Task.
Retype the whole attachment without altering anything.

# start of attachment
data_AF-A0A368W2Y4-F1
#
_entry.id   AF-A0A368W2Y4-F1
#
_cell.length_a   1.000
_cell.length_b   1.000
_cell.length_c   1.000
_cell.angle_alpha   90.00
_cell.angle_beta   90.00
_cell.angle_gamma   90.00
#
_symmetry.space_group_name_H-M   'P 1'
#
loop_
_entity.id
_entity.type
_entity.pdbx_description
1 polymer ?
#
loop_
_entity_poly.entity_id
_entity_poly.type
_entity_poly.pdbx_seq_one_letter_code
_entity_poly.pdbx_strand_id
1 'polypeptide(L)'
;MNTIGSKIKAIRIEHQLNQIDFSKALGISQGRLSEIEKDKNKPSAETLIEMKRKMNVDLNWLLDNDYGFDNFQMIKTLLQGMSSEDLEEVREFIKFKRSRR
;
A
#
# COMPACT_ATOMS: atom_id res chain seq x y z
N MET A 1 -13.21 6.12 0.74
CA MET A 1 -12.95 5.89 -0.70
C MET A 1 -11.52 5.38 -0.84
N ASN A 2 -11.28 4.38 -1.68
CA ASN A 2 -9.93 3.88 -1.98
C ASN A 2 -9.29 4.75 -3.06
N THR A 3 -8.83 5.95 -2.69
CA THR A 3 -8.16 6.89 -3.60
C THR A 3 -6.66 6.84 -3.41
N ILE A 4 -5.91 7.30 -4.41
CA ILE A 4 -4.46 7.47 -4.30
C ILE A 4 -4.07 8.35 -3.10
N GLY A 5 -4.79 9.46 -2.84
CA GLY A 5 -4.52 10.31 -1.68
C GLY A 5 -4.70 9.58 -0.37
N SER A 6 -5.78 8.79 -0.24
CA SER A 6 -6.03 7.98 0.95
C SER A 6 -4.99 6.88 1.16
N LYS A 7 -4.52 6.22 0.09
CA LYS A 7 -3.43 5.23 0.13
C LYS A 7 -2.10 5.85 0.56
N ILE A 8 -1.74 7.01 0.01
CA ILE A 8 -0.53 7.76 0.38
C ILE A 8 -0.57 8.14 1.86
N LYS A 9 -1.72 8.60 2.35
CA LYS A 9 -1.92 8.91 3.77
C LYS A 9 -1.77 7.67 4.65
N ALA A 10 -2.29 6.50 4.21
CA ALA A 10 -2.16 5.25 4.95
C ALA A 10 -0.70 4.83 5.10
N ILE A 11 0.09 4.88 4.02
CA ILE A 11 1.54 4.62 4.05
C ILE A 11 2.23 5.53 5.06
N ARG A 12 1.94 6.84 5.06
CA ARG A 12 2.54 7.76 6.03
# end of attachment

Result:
data_AF-A0A368W2Y4-F1
#
_entry.id   AF-A0A368W2Y4-F1
#
_cell.length_a   1.000
_cell.length_b   1.000
_cell.length_c   1.000
_cell.angle_alpha   90.00
_cell.angle_beta   90.00
_cell.angle_gamma   90.00
#
_symmetry.space_group_name_H-M   'P 1'
#
loop_
_entity.id
_entity.type
_entity.pdbx_description
1 polymer ?
#
loop_
_entity_poly.entity_id
_entity_poly.type
_entity_poly.pdbx_seq_one_letter_code
_entity_poly.pdbx_strand_id
1 'polypeptide(L)'
;MNTIGSKIKAIRIEHQLNQIDFSKALGISQGRLSEIEKDKNKPSAETLIEMKRKMNVDLNWLLDNDYGFDNFQMIKTLLQGMSSEDLEEVREFIKFKRSRR
;
A
#
# COMPACT_ATOMS: atom_id res chain seq x y z
N MET A 1 -13.21 6.12 0.74
CA MET A 1 -12.95 5.89 -0.70
C MET A 1 -11.52 5.38 -0.84
N ASN A 2 -11.28 4.38 -1.68
CA ASN A 2 -9.93 3.88 -1.98
C ASN A 2 -9.29 4.75 -3.06
N THR A 3 -8.83 5.95 -2.69
CA THR A 3 -8.16 6.89 -3.60
C THR A 3 -6.66 6.84 -3.41
N ILE A 4 -5.91 7.30 -4.41
CA ILE A 4 -4.46 7.47 -4.30
C ILE A 4 -4.07 8.35 -3.10
N GLY A 5 -4.79 9.46 -2.84
CA GLY A 5 -4.52 10.31 -1.68
C GLY A 5 -4.70 9.58 -0.37
N SER A 6 -5.78 8.79 -0.24
CA SER A 6 -6.03 7.98 0.95
C SER A 6 -4.99 6.88 1.16
N LYS A 7 -4.52 6.22 0.09
CA LYS A 7 -3.43 5.23 0.13
C LYS A 7 -2.10 5.85 0.56
N ILE A 8 -1.74 7.01 0.01
CA ILE A 8 -0.53 7.76 0.38
C ILE A 8 -0.57 8.14 1.86
N LYS A 9 -1.72 8.60 2.35
CA LYS A 9 -1.92 8.91 3.77
C LYS A 9 -1.77 7.67 4.65
N ALA A 10 -2.29 6.50 4.21
CA ALA A 10 -2.16 5.25 4.95
C ALA A 10 -0.70 4.83 5.10
N ILE A 11 0.09 4.88 4.02
CA ILE A 11 1.54 4.62 4.05
C ILE A 11 2.23 5.53 5.06
N ARG A 12 1.94 6.84 5.06
CA ARG A 12 2.54 7.76 6.03